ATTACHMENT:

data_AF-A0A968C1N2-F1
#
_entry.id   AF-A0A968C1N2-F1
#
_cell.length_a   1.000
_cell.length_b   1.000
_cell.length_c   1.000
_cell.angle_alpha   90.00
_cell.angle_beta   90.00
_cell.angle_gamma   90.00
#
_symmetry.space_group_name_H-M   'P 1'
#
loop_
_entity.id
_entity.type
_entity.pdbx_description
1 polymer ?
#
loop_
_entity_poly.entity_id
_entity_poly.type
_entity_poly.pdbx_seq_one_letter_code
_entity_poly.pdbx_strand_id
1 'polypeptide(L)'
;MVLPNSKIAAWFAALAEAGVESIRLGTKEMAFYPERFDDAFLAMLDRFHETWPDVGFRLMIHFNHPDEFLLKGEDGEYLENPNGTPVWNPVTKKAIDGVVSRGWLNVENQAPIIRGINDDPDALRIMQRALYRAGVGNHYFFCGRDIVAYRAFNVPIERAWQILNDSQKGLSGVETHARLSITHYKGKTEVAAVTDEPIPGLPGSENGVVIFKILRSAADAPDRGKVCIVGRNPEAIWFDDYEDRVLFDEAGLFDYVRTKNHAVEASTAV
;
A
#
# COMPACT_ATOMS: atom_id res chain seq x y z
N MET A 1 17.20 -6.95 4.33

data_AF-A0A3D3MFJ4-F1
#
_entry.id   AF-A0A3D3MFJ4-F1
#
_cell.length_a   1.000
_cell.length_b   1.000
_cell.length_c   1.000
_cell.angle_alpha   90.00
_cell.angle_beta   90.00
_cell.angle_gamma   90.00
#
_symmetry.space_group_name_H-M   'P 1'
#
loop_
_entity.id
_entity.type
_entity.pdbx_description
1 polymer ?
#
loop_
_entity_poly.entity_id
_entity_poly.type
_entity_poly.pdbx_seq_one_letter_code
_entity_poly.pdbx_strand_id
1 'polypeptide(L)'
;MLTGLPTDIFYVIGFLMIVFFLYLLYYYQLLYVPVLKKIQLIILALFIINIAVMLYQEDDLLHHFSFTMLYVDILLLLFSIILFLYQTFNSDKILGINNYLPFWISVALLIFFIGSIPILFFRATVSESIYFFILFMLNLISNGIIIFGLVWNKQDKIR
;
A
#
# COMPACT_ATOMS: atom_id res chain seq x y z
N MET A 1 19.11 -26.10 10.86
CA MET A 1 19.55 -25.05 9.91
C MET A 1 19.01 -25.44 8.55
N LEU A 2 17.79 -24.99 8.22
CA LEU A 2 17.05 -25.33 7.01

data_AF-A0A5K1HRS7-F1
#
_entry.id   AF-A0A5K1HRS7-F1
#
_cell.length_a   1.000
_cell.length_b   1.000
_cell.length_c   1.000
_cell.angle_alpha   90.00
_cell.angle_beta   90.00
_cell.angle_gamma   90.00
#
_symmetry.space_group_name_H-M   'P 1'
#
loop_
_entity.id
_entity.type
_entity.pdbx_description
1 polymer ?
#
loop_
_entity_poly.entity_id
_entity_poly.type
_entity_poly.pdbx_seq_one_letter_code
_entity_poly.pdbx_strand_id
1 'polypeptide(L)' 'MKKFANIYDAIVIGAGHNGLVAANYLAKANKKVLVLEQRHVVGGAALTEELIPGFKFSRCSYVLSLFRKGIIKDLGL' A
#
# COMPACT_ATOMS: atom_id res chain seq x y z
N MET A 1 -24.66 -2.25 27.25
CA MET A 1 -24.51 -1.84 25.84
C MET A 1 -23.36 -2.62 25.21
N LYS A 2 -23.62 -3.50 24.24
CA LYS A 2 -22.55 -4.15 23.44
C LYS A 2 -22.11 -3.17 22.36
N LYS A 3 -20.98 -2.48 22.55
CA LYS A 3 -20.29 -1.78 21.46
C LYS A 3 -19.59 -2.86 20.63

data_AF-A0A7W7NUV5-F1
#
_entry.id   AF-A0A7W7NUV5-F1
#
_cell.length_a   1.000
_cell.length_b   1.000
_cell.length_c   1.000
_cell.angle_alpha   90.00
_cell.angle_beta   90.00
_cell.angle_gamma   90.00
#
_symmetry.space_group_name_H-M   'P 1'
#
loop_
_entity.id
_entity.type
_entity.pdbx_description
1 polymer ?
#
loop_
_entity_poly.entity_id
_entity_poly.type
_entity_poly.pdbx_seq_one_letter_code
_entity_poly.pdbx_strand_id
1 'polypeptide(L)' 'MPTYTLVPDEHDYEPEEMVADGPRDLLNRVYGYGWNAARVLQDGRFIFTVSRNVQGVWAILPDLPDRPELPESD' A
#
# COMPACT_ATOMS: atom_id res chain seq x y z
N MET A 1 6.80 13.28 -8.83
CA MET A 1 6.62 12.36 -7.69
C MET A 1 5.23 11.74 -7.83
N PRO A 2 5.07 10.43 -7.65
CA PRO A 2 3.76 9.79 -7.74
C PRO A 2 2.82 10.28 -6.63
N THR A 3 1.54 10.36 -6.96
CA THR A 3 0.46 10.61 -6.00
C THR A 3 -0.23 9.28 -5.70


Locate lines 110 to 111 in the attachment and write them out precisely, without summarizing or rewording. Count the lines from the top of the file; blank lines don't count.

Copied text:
_cell.angle_alpha   90.00
_cell.angle_beta   90.00